I recently came upon this in the Atlantic:
[M]any parents try to instruct their children and impart their views, perhaps hoping their kids become carbon copies of themselves, or become the people they wish they were themselves.
For some parents, this quest takes on a missionary zeal: They work to indoctrinate their children with a designated political viewpoint from an early age, raising them to be young ideologues. But new research suggests trying to plant those seeds during potty training might actually be the fastest way to guarantee political rebellion later on.
Needless to say, my interest was piqued.
It’s understandable that parents with strong beliefs would feel it is their duty to see their children adopt those beliefs. But, however well-meaning these efforts are, they may be in vain. A study recently published in the British Journal of Political Science, based on data from the U.S. and U.K., found that parents who are insistent that their children adopt their political views inadvertently influence their children to abandon the belief once they become adults. The mechanism is perhaps surprising: Children who come from homes where politics is a frequent topic of discussion are more likely to talk about politics once they leave home, exposing them to new viewpoints—which they then adopt with surprising frequency.
I haven’t looked at the study itself, and science reporting is often dismal, but presuming the study is accurate its findings would explain so much about my own experience. I grew up in a very political home, and once I left home I continued to hold a passion for politics. But even as I continued to talk politics, I suddenly found myself exposed new viewpoints I had not heard before—or at least, viewpoints I had only previously heard in caricature. I ultimately switched viewpoints on a large number of political issues.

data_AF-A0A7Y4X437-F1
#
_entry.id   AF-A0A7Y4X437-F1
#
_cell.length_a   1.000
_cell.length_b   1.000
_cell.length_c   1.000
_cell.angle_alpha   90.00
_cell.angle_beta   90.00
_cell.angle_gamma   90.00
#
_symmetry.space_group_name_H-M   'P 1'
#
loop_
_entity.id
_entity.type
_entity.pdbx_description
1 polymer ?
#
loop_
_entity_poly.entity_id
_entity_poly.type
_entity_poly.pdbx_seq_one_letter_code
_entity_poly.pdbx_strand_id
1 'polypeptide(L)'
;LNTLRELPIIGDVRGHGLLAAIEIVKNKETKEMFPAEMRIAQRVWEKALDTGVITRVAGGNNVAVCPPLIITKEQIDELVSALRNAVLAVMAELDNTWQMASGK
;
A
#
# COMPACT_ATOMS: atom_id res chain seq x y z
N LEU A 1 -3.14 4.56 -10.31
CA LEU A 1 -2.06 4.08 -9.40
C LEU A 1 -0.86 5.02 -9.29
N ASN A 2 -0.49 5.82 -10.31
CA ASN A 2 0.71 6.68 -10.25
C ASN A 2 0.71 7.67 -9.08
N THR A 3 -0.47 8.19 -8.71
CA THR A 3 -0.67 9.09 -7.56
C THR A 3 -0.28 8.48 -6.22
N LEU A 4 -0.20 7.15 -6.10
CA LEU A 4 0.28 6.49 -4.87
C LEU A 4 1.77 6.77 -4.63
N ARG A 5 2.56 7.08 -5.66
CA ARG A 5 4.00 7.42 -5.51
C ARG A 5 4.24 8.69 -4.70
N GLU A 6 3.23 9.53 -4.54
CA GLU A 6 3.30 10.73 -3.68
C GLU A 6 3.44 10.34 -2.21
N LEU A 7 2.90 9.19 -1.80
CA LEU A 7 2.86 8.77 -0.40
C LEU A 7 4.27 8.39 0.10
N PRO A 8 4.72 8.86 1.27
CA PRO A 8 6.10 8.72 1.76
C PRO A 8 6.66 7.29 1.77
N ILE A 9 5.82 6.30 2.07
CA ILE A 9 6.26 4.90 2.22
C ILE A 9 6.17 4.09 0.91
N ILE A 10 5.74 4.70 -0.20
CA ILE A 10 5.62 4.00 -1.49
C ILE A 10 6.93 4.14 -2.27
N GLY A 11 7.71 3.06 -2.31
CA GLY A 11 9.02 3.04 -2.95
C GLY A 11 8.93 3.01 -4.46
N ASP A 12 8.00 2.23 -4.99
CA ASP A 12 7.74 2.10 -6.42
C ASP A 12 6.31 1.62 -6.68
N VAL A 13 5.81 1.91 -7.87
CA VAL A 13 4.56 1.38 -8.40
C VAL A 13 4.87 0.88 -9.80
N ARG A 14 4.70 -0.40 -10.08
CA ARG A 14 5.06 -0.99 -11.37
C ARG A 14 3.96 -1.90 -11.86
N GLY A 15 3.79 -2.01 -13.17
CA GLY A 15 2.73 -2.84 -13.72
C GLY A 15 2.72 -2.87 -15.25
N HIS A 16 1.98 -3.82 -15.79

“Extreme parental views of the world give children a clear choice for being with the parents through agreement, or against parents through disagreement,” says Carl Pickhardt, an author and child psychologist. “Thus extremely rigid views of right/wrong, trust/distrust, love/hate can be embraced by children who want to stay connected to parents, and can be cast off by children who, for their own independence, are willing to place the parental relationship at risk.”
I do have some questions about this study, though. First, I’m unclear whether they’re looking at what happened to children of parents with extreme religious views (on whatever side) or what happened to children who grew up in families where politics was a constant topic of conversation. Are they perhaps assuming the two are one and the same? It may be that they usually are, but I can see a family with less partisan political views still being very political. Second, the article focuses on children leaving home and continuing to engage in political conversations but being exposed to new viewpoints as the mechanism for change. But what if they aren’t exposed to new viewpoints upon adulthood because they never had their exposure limited growing up, and thus already had exposure to opposing viewpoints?
Perhaps the issue is holding extreme beliefs. Perhaps the issue is being black and white. Perhaps the issue is tying parental love to political affiliation. But none of these things are explicitly stated in the mechanism presented, which is what I’m unclear on.
Regardless, this has me thinking about my own children. Sean and I are both political, but both of us are committed to letting Sally and Bobby form their own political beliefs. As part of that, we hope to expose them to a wide range of viewpoints and ideas. We won’t hide other views from them and we won’t treat other views only as caricatures. I am fully aware that that means that Sally might become a libertarian or Bobby might become a Republican. I don’t make political affiliation a litmus test for family love, so I’m okay with that.